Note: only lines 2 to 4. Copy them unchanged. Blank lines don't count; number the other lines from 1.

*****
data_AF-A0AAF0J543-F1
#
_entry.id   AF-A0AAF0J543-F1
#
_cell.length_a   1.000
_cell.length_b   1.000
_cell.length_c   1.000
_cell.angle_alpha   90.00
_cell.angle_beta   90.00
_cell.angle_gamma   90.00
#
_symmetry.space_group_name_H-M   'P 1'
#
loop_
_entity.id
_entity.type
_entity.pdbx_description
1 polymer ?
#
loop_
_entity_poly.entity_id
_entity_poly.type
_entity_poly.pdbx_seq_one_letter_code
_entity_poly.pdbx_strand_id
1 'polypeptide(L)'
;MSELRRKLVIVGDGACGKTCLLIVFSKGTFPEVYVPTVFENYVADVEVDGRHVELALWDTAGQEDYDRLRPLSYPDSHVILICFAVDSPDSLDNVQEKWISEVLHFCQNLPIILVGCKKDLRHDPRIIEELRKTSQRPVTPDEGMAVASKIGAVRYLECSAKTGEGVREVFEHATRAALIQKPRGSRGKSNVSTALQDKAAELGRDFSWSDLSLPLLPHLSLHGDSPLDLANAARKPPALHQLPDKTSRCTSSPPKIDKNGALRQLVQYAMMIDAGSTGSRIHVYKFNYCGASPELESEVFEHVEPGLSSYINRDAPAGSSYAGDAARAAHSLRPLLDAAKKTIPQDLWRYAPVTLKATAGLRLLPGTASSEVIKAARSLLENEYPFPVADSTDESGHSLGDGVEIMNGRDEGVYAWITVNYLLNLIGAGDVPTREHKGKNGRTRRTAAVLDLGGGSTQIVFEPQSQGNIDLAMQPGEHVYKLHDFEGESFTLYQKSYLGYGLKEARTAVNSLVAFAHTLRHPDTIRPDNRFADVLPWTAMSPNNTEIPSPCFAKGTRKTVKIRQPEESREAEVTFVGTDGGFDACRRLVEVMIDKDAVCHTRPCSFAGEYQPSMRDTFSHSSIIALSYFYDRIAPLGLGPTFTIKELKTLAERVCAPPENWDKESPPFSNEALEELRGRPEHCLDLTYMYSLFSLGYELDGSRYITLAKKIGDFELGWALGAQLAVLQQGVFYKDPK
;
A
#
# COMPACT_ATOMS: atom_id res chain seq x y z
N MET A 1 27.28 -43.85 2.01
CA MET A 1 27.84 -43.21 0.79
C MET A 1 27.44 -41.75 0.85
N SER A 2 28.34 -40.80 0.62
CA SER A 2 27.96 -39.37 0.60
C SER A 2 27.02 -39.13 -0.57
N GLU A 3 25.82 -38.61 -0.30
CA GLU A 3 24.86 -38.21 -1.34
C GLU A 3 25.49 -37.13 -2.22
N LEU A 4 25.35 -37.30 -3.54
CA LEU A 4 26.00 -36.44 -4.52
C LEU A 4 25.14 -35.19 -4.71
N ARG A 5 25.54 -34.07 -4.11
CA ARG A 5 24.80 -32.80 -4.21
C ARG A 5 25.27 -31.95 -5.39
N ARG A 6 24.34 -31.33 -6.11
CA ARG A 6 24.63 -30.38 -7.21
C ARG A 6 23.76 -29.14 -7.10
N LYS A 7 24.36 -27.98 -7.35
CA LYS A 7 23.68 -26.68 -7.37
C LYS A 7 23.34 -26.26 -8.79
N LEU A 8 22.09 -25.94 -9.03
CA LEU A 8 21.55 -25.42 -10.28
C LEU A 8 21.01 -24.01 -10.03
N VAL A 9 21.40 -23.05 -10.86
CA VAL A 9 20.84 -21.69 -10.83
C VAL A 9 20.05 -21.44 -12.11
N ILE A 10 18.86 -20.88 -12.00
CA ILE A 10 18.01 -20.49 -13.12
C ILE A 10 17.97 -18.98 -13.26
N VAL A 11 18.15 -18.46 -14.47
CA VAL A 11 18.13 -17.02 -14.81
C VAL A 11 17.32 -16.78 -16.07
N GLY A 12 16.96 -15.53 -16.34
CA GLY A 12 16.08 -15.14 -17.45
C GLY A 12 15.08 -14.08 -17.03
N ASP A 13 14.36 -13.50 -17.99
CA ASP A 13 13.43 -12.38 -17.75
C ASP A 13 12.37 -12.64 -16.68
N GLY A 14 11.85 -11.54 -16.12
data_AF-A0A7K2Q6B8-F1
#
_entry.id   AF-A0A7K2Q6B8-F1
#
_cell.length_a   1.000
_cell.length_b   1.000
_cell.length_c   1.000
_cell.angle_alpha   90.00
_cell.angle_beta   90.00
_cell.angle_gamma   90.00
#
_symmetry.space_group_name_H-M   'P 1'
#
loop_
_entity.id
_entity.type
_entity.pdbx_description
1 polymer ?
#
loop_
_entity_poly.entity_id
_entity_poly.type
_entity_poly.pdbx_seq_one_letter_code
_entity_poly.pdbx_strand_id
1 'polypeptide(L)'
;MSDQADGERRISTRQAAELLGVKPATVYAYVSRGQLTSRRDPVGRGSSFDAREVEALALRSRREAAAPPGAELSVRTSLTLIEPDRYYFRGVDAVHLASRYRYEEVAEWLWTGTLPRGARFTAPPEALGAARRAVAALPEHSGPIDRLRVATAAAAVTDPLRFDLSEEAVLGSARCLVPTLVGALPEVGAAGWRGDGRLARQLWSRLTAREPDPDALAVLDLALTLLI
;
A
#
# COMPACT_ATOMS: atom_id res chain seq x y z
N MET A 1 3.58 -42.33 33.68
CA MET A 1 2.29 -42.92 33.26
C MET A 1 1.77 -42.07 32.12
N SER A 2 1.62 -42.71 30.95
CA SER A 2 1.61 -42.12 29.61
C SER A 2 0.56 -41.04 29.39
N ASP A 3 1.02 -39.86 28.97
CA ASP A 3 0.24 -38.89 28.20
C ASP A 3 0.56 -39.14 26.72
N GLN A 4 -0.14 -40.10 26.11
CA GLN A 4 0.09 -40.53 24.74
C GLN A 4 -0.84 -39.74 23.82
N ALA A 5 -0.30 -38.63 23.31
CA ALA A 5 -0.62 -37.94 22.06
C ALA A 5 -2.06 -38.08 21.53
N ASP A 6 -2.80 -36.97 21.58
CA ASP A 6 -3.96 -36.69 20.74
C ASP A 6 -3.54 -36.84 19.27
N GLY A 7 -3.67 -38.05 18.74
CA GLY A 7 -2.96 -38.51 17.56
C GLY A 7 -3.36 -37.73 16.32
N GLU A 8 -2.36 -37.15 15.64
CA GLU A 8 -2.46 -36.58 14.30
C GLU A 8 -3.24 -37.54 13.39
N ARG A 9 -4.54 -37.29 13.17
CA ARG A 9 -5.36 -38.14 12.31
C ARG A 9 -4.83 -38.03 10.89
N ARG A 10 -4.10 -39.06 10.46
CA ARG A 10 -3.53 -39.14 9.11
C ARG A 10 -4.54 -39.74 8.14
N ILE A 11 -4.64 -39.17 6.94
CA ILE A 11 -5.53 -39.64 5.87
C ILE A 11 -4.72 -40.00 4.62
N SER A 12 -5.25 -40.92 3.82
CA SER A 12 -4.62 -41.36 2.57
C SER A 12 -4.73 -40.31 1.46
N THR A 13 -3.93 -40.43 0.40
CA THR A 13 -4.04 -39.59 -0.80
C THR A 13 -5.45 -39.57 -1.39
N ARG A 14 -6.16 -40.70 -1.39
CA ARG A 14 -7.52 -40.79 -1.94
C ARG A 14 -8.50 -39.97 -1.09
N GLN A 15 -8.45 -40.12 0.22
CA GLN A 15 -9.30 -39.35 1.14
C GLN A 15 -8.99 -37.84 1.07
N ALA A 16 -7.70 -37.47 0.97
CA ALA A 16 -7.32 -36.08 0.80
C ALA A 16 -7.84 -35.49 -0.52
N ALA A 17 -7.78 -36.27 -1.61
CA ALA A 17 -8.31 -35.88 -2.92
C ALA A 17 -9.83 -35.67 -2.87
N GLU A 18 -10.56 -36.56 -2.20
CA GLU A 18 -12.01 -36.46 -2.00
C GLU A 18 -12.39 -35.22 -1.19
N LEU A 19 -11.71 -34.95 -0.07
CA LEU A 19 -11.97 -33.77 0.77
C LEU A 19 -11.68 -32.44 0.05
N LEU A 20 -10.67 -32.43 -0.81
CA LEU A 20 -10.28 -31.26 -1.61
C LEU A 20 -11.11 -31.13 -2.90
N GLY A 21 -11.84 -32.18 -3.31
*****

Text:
#
_entry.id   AF-A0AAF0J543-F1
#